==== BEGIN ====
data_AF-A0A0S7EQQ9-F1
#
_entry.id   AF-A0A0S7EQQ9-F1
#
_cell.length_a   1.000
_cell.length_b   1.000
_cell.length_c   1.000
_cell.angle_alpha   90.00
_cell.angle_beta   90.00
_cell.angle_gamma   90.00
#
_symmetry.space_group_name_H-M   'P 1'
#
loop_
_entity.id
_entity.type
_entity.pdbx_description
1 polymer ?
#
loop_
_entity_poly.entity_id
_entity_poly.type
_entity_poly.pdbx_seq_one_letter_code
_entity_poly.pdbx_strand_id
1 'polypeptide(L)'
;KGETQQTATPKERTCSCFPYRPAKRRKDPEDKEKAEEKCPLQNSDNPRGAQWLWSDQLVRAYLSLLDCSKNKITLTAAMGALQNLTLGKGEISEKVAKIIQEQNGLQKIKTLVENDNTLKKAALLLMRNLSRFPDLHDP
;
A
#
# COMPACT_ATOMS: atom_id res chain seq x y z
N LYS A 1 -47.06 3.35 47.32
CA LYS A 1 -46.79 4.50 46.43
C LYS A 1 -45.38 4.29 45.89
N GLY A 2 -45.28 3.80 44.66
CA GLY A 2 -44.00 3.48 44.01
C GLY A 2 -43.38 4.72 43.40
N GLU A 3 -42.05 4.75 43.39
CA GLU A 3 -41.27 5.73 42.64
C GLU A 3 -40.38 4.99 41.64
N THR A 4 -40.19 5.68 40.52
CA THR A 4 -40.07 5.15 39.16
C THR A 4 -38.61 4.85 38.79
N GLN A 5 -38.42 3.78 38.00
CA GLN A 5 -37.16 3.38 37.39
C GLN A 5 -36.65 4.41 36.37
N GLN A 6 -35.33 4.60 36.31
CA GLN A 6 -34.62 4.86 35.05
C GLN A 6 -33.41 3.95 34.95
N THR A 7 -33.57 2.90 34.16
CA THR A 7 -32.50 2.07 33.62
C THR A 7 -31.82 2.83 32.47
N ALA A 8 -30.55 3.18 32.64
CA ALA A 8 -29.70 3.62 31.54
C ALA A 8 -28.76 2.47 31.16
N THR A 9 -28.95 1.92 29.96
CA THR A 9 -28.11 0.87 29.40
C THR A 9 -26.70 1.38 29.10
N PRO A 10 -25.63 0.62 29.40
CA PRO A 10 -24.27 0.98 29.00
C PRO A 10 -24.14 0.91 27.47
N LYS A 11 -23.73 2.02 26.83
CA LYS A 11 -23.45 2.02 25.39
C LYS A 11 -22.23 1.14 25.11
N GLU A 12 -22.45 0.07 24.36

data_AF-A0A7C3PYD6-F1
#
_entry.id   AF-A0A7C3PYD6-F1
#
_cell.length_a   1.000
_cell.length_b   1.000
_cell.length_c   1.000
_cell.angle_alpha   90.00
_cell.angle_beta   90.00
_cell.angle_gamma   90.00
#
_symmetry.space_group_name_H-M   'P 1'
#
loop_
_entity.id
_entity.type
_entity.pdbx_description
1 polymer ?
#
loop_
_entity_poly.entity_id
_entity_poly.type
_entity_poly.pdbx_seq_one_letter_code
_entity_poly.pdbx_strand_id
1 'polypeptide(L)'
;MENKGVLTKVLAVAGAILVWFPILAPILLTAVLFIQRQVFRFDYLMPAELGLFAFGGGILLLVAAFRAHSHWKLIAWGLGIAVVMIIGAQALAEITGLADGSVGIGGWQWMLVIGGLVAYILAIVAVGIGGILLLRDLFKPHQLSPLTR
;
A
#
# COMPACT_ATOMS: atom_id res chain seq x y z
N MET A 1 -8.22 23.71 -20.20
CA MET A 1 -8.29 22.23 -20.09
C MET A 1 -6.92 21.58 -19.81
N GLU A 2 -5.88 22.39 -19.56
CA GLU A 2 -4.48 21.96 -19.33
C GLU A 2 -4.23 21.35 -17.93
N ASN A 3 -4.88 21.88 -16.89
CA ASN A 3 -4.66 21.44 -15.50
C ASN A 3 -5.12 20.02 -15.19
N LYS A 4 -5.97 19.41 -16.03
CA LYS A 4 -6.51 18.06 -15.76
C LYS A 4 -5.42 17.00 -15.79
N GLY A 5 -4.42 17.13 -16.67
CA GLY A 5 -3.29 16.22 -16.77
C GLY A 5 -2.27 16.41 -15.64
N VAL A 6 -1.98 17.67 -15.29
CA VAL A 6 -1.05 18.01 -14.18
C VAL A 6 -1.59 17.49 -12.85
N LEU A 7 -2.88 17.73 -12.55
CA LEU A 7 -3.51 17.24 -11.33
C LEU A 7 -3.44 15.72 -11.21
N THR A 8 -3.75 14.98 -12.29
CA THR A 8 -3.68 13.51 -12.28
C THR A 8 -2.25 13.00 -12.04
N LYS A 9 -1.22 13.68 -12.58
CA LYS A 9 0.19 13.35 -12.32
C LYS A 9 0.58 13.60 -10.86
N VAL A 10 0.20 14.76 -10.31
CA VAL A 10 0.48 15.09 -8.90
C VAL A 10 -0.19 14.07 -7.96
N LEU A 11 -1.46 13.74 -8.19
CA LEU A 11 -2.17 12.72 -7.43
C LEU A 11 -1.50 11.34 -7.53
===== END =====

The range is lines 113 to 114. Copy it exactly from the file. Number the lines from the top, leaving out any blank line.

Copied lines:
N LEU A 7 -2.88 17.73 -12.55
CA LEU A 7 -3.51 17.24 -11.33